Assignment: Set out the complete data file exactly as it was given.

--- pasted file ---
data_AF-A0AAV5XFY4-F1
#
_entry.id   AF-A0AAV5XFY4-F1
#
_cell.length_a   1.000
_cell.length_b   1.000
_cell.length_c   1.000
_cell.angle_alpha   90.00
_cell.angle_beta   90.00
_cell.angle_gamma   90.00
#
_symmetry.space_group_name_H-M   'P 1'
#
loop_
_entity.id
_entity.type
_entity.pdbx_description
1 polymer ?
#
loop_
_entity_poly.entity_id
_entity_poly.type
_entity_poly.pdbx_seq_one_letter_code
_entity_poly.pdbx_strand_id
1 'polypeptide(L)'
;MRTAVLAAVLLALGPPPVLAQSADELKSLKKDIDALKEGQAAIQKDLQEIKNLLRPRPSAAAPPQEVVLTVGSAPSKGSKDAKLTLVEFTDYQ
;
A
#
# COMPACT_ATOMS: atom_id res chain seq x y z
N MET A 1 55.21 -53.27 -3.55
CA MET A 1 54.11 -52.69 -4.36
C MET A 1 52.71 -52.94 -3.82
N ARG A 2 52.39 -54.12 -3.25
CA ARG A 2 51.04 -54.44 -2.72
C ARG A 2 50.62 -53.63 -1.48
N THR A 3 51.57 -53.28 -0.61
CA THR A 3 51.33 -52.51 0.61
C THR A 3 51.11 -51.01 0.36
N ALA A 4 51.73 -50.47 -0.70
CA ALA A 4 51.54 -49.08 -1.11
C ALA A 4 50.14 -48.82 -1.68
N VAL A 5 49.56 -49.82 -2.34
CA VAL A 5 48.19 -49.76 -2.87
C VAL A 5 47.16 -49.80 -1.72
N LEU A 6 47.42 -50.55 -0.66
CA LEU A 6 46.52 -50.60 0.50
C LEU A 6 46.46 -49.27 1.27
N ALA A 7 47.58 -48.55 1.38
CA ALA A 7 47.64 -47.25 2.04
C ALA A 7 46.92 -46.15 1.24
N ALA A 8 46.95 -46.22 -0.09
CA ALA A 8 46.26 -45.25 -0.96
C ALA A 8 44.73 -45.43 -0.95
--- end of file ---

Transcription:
data_AF-A0AAV5XFY4-F1
#
_entry.id   AF-A0AAV5XFY4-F1
#
_cell.length_a   1.000
_cell.length_b   1.000
_cell.length_c   1.000
_cell.angle_alpha   90.00
_cell.angle_beta   90.00
_cell.angle_gamma   90.00
#
_symmetry.space_group_name_H-M   'P 1'
#
loop_
_entity.id
_entity.type
_entity.pdbx_description
1 polymer ?
#
loop_
_entity_poly.entity_id
_entity_poly.type
_entity_poly.pdbx_seq_one_letter_code
_entity_poly.pdbx_strand_id
1 'polypeptide(L)'
;MRTAVLAAVLLALGPPPVLAQSADELKSLKKDIDALKEGQAAIQKDLQEIKNLLRPRPSAAAPPQEVVLTVGSAPSKGSKDAKLTLVEFTDYQ
;
A
#
# COMPACT_ATOMS: atom_id res chain seq x y z
N MET A 1 55.21 -53.27 -3.55
CA MET A 1 54.11 -52.69 -4.36
C MET A 1 52.71 -52.94 -3.82
N ARG A 2 52.39 -54.12 -3.25
CA ARG A 2 51.04 -54.44 -2.72
C ARG A 2 50.62 -53.63 -1.48
N THR A 3 51.57 -53.28 -0.61
CA THR A 3 51.33 -52.51 0.61
C THR A 3 51.11 -51.01 0.36
N ALA A 4 51.73 -50.47 -0.70
CA ALA A 4 51.54 -49.08 -1.11
C ALA A 4 50.14 -48.82 -1.68
N VAL A 5 49.56 -49.82 -2.34
CA VAL A 5 48.19 -49.76 -2.87
C VAL A 5 47.16 -49.80 -1.72
N LEU A 6 47.42 -50.55 -0.66
CA LEU A 6 46.52 -50.60 0.50
C LEU A 6 46.46 -49.27 1.27
N ALA A 7 47.58 -48.55 1.38
CA ALA A 7 47.64 -47.25 2.04
C ALA A 7 46.92 -46.15 1.24
N ALA A 8 46.95 -46.22 -0.09
CA ALA A 8 46.26 -45.25 -0.96
C ALA A 8 44.73 -45.43 -0.95